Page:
Mercedes-Benz B-Class review - What's it like to drive?

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  • Second-generation B-Class driven
  • Price £21,290-£26,160, on sale March
  • MPG 45.6-64.2; CO2 115-145g/km
Mercedes B-Class
Mercedes B-Class
Considering the luxurious feel of the cabin, you'd expect the B-Class to major on comfort. Not so.

Even on the standard suspension, it has a firm ride that's jittery over scruffy surfaces, whether you're trundling through town or cruising on the motorway.

Sport models, with their bigger wheels and lowered suspension, are even more unforgiving.

There is a pay-off, though, and that's the B-Class's tight body control in corners. There's also strong grip that lets you carry a surprising amount of speed through bends. However, you're always aware that this car is taller than your average small family hatchback, and the steering, which weights up inconsistently and is devoid of feel, deprives you of fun.

Refinement could also be better. There's plenty of wind noise to be heard at the national limit, and cars on bigger wheels generate a fair amount of road noise.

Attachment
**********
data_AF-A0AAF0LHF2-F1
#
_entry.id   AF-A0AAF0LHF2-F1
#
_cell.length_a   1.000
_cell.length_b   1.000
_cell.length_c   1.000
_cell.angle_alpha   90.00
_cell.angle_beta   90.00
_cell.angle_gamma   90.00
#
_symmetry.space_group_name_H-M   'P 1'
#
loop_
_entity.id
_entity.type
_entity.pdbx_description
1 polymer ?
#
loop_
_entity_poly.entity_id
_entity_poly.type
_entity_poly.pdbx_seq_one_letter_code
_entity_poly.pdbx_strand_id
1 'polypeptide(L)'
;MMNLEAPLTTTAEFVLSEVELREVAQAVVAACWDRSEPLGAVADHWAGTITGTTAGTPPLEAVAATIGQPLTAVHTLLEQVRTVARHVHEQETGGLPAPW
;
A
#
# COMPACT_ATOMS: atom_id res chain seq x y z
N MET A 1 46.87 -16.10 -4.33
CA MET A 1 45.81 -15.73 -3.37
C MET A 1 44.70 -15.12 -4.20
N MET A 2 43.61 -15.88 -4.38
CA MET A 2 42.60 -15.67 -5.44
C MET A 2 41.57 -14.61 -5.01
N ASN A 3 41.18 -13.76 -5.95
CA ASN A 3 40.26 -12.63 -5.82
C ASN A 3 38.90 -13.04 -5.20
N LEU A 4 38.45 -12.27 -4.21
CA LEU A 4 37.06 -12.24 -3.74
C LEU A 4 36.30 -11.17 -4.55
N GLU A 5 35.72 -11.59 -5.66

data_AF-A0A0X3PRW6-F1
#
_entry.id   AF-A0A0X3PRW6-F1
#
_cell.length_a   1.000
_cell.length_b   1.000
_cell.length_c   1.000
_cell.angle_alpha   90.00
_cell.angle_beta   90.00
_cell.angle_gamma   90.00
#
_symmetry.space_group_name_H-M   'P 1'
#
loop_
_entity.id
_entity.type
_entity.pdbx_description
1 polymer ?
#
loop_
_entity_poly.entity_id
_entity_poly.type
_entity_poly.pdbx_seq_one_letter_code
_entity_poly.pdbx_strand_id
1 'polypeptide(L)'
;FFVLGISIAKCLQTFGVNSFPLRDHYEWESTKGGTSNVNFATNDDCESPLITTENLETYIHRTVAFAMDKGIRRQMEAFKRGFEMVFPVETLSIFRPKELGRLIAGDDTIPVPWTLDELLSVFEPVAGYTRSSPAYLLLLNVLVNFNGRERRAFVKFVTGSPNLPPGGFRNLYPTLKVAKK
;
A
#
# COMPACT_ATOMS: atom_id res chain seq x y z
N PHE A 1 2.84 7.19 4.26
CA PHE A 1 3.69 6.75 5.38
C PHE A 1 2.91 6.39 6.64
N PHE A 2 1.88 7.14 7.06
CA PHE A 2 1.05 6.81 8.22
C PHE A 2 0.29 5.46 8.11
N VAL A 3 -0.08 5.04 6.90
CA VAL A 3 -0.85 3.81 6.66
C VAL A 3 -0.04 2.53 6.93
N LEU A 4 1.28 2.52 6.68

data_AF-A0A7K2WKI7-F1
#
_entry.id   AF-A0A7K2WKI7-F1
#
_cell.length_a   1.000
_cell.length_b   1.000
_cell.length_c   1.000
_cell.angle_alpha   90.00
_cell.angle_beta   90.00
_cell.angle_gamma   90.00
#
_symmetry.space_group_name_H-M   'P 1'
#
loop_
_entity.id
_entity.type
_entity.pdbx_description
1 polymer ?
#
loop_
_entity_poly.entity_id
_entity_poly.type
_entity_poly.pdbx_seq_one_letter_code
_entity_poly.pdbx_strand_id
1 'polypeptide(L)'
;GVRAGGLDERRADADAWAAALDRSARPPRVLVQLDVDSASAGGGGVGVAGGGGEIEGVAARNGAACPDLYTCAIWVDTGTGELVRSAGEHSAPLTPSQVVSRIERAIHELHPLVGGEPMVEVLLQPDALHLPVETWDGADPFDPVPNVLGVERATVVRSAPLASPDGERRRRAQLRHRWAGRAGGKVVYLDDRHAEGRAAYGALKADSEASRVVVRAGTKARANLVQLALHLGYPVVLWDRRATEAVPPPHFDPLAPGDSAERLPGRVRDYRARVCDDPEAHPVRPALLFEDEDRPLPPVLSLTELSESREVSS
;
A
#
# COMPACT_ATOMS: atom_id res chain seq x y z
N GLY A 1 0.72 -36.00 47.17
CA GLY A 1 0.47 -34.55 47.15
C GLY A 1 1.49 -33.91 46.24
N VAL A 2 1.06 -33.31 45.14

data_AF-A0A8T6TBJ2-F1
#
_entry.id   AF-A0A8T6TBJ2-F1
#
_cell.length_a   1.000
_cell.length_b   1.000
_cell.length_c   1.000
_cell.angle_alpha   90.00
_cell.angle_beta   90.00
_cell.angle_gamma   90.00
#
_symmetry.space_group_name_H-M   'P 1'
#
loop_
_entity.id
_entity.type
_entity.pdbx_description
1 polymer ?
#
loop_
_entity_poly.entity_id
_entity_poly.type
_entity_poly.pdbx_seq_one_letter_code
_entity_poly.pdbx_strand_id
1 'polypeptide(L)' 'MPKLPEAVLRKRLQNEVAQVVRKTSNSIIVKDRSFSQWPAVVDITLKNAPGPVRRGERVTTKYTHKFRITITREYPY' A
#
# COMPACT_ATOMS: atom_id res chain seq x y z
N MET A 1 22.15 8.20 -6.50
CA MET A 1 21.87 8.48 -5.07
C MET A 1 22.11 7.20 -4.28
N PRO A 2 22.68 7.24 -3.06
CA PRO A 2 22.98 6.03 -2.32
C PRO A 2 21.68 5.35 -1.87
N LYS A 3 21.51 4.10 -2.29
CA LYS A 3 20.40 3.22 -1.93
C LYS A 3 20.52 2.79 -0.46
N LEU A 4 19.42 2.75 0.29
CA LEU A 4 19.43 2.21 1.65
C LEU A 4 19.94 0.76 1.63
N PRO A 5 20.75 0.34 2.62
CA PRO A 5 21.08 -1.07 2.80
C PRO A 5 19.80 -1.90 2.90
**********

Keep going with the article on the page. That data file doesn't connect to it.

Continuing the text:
That said, the engines are pretty refined. Each one is a newly developed four-cylinder unit with a turbocharger and direct-injection.

There are two 1.6-litre petrols with either 120bhp or 154bhp, and two 1.8-litre diesels with 107bhp or 134bhp.

The entry-level diesel isn't quick, but it's flexible enough to make life easy, and stays impressively smooth and quiet. The higher-powered diesel is a little more clattery, but it's still pretty refined by class standards, and brings some useful extra pace.

We've also tried the entry-level petrol, which feels impressively perky thanks to its maximum torque being delivered at a lowly 1250rpm. It has a decent turn of pace when you work it hard, too.

All the engines come with a six-speed manual gearbox, which is slicker than we've come to expect from Merc's manuals.

Alternatively, each can be specified with an all-new seven-speed twin-clutch gearbox, which costs £1450. However, we'd save the cash – the automatic changes aren't the smoothest, and in manual mode, the gearbox doesn't always respond to the instructions you give via the steering wheel-mounted paddle-shifters.

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